As traders/investors you surely understand profits are hardly a sure thing. Even the "Market Wizards" make mistakes and pay the price. When you experience what you consider to be severe draw-downs, don't feel bad about it. You're not the first person to have this experience nor will you be the last. Understand that psychologically it is almost impossible to avoid feeling uneasy. Facing losses is one of the most difficult issues to deal with emotionally. If you are an active professional, your identity and livelihood are on the line. If you are part-time, it's frustrating to feed your account from your day job, wondering if you'll ever make back the money you've lost. Depending on your personality and experience with the market, you may have trouble handling feelings of loss, guilt, and fear. Unless you get your emotions under control, you'll never be able to get back on track.

As normal human beings we feel guilty when we break a personal moral rule. Losing money can make almost anyone feel guilty. We want to live by the rules our parents and teachers taught us, and many of them taught us to work hard and save our money. A requirement of trading/investing is that we risk our money in hopes of monetary gains, and risking money may seem to go against how you were brought up. Well, if you want to make huge profits in the end, you're going to have to risk money, and in all likelihood, you're going to lose at least some of it before you develop the skills you need to trade/invest profitably across a variety of market conditions.

Are you going to lose money? Yes. Is it morally wrong? No. You must identify the beliefs underlying your guilt and change them. Ask yourself first; is your guilt warranted? Feelings of guilt are there to protect us; it isn't a good idea however, to rack up so many losses that you can't pay it back easily. If you trade money that you can't afford to lose, or that you will have difficulty paying back; guilt is a natural reaction. You must make sure that your losses are reasonable and are actually a short term setback. It will be hard to control guilt if it realistically reflects losses that will permanently harm your financial security.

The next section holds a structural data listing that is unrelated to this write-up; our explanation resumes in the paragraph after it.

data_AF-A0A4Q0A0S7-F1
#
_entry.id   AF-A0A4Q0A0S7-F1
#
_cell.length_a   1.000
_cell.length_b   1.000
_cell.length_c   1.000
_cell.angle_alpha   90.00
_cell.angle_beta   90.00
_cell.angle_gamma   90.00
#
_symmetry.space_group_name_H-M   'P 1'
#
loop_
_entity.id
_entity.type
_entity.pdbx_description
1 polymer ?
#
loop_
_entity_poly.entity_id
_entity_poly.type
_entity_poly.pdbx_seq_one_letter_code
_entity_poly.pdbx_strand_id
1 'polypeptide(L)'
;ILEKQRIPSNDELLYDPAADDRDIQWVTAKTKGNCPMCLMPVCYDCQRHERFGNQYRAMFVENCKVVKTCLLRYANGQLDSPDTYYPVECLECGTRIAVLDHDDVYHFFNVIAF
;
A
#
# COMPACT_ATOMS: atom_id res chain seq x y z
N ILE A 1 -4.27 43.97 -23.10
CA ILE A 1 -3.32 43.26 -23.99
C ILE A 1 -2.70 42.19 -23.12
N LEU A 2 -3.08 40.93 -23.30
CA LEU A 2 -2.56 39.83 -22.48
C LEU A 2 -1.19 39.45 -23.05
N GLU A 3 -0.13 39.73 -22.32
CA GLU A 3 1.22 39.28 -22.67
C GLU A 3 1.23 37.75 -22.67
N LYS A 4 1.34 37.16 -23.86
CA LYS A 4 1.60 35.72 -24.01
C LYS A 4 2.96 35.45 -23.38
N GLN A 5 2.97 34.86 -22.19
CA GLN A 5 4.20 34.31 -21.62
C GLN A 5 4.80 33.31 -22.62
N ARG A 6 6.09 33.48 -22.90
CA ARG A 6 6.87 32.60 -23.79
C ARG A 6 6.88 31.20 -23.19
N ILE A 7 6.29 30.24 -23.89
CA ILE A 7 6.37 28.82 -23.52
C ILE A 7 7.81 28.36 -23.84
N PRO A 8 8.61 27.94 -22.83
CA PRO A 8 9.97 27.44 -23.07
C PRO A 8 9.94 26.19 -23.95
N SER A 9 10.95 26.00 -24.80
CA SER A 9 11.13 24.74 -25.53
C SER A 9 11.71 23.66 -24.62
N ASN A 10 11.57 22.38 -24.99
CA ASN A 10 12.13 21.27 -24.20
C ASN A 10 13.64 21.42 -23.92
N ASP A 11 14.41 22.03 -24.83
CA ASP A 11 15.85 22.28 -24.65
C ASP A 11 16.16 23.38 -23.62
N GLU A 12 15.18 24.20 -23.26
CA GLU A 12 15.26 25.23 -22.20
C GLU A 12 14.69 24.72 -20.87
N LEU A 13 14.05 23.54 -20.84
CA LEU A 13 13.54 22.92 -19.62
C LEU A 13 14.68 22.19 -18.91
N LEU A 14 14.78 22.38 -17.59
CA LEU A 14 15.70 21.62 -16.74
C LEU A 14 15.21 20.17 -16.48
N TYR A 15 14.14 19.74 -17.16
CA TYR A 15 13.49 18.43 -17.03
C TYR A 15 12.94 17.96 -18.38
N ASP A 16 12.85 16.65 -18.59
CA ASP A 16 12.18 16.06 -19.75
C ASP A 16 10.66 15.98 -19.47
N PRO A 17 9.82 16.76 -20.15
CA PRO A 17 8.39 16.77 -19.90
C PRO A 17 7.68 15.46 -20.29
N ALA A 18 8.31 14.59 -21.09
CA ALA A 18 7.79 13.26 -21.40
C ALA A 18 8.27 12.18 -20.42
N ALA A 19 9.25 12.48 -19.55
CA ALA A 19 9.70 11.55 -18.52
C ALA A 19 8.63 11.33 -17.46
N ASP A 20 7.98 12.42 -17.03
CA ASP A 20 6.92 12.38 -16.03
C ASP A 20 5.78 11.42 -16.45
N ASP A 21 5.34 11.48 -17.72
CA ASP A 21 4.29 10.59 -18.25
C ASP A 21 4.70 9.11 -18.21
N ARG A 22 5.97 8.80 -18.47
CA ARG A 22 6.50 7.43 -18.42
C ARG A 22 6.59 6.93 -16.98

If you determine that you can actually afford trading losses, and still feel guilty look at possible assumptions that may underlie your guilt. One possible reason; you may have been taught that money is sacred and that it is morally wrong to risk it and lose it for any reason. If you want to trade actively, you have to change the way you look at money. To a serious trader, money is merely a vehicle to make more money. It is just part of the tools you need to trade successfully. They think of "money" as "points" used to keep score of how well they are doing. A second possible reason you feel guilty; is the need to be perfect. You believe that you must not make trading errors. You may believe that if you do, you are inadequate. Losses are not personal; losses are a natural part of trading. It's possible that you are merely experiencing a temporary change in market conditions. You may need to change your approach, but it doesn't mean that you are inadequate. It just means that you need to explore more options. When you feel guilty, then you mull over about how bad things are. There's no time to mull while actively trading, however. It gets you nowhere. If you want to stay ahead of the crowd, you must actively problem solve. You must find new trading solutions, and guilt distracts you from freely searching for creative, fresh solutions.